Readers ask: How Did The Physical Topography Of Greece Affect The Development Of The States?

How did the geography of Greece affect its development?

The geography of the region helped to shape the government and culture of the Ancient Greeks. Geographical formations including mountains, seas, and islands formed natural barriers between the Greek city-states and forced the Greeks to settle along the coast.

How did topography affect ancient Greece?

Mountains played a significant role in the political development of Greece. The mountains also worked as barriers to separate different areas. This created regionalism, meaning different cities developed separately of one another. This meant different social structures, government systems, and military strategies.

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How did the geographic features of Greece contribute to the development of its city states?

Greek city – states likely developed because of the physical geography of the Mediterranean region. The landscape features rocky, mountainous land and many islands. These physical barriers caused population centers to be relatively isolated from each other. The sea was often the easiest way to move from place to place.

How did the geography of Greece influence and impact its overall development as a civilization?

Geography had an enormous impact on the ancient Greek civilization. The people of ancient Greece took advantage of all this saltwater and coastline and became outstanding fishermen and sailors. There was some farmland for crops, but the Greeks could always count on seafood and waterfowl to eat.

How did the geography of Greece impact the economy?

Greece’s geography impacted social, political, and economic patterns in a variety of ways, such as that its mountains prevented complete unification, led to the establishment of the city states near the sea, led to a reliance on naval powers, hindered overland trade, and encouraged maritime trade around the

How did the physical geography of Greece lead to interactions with other cultures?

How did the physical geography of Greece lead to interactions with other cultures? Ancient Greeks traveled by land to trade with civilizations in northern Europe. Ancient Greeks traveled by land to trade with civilizations in East Asia. Ancient Greeks traveled by sea to trade with civilizations in southern Africa.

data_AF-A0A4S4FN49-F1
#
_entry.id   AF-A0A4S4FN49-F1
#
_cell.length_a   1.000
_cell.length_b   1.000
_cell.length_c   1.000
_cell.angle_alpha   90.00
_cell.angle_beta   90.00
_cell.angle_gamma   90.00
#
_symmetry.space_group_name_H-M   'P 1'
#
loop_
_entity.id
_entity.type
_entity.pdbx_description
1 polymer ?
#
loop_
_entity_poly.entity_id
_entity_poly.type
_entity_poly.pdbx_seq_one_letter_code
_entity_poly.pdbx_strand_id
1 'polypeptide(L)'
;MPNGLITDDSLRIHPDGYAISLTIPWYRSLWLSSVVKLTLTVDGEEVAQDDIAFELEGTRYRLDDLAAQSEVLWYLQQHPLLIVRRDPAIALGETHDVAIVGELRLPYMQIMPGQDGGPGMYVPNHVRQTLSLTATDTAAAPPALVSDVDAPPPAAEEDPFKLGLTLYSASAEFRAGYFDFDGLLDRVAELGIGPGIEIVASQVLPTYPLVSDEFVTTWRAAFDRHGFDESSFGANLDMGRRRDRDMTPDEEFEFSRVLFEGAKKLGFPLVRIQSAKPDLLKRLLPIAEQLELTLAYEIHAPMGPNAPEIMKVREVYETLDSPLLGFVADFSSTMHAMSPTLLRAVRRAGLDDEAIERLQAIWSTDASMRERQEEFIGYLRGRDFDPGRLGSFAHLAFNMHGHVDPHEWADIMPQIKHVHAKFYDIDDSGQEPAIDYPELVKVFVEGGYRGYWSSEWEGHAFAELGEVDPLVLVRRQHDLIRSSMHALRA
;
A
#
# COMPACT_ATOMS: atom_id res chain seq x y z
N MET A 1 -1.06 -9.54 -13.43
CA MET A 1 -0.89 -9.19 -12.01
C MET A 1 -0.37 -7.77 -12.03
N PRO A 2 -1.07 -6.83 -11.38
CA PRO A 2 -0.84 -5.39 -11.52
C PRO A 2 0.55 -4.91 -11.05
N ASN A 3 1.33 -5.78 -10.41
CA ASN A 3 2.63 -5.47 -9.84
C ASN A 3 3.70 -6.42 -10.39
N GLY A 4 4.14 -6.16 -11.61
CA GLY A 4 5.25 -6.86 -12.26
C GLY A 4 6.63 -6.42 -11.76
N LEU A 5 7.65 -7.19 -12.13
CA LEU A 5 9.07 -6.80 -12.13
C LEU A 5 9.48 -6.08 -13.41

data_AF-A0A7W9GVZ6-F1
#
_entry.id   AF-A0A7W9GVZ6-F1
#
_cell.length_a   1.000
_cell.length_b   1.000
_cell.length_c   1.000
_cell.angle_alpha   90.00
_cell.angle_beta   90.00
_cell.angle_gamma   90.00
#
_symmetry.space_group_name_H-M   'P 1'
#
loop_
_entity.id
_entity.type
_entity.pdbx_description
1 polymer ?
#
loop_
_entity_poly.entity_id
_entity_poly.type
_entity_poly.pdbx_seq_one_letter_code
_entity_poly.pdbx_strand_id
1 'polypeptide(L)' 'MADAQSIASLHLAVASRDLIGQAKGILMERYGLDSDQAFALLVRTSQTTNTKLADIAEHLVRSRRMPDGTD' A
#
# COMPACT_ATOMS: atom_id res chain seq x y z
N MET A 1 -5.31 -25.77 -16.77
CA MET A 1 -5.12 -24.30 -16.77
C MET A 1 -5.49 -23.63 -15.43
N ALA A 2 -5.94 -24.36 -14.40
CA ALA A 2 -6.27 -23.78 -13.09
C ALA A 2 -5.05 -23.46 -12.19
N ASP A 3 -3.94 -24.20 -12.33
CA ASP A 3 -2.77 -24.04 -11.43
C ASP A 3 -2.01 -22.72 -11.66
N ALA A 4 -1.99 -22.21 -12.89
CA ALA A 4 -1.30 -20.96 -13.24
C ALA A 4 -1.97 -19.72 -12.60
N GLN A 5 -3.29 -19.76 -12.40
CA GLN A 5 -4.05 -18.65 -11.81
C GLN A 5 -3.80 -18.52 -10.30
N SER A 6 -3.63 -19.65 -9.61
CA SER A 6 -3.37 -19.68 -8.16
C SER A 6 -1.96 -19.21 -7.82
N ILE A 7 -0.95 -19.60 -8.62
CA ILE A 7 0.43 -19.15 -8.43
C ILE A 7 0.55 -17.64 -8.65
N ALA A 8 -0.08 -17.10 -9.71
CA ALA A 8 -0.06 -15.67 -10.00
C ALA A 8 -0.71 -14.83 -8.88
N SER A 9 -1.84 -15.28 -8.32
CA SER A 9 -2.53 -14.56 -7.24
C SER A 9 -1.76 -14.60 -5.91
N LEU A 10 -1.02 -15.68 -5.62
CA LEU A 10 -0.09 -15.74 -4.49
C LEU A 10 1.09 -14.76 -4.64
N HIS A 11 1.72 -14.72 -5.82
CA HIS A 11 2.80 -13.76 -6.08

Why did Sparta not like Athens?

While the Athenian city-state enjoyed a period of democracy, Sparta was a military culture. Although Athenian citizens enjoyed certain freedoms during the time of their democracy, the idea of who made up of a citizen was very strict. Basically, the two city-states didn’t understand each other.

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How did the sea help the Greek economy?

How did the sea help the Greek economy? The sea allowed them to trade with other areas. It also made it easier to travel from place to place. They became skilled a building boats.

How did the seas surrounding ancient Greece influence its development?

How did the seas surrounding ancient Greece influnce ts development? It influnced it by giving them a path to other continets to trade. The Greeks did not have much land for farming or grazing cattle.

How did the mountains of Greece affect the development of ancient Greek communities?

Greece’s steep mountains and surrounding seas forced Greeks to settle in isolated communities. Travel by land was hard, and sea voyages were hazardous. Most ancient Greeks farmed, but good land and water were scarce. They grew grapes and olives, and raised sheep, goats, pigs, and chickens.

Why did independent city-states develop in ancient Greece select all correct answers?

Some of the city – states were isolated because they were islands. B. Independent city – states provided protection against attack from other countries.

Which ancient Greek person is most closely associated with science?

Which ancient Greek figure is most closely associated with science?

  • Plato.
  • Socrates.
  • Homer.
  • Archimedes.

Which was the most important effect of the Peloponnesian War?

The two most powerful city-states in ancient Greece, Athens and Sparta, went to war with each other from 431 to 405 B.C. The Peloponnesian War marked a significant power shift in ancient Greece, favoring Sparta, and also ushered in a period of regional decline that signaled the end of what is considered the Golden Age

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What were two effects of Greek colonization?

One of the most important consequences of this process, in broad terms, was that the movement of goods, people, art, and ideas in this period spread the Greek way of life far and wide to Spain, France, Italy, the Adriatic, the Black Sea, and North Africa.

How did mountains make the development of Greece difficult?

Greek civilization developed into independent city-states because Greece’s mountains, islands, and peninsulas separated the Greek people from each other and made communication difficult. The steep mountains of the Greek geography also affected the crops and animals that farmers raised in the region.

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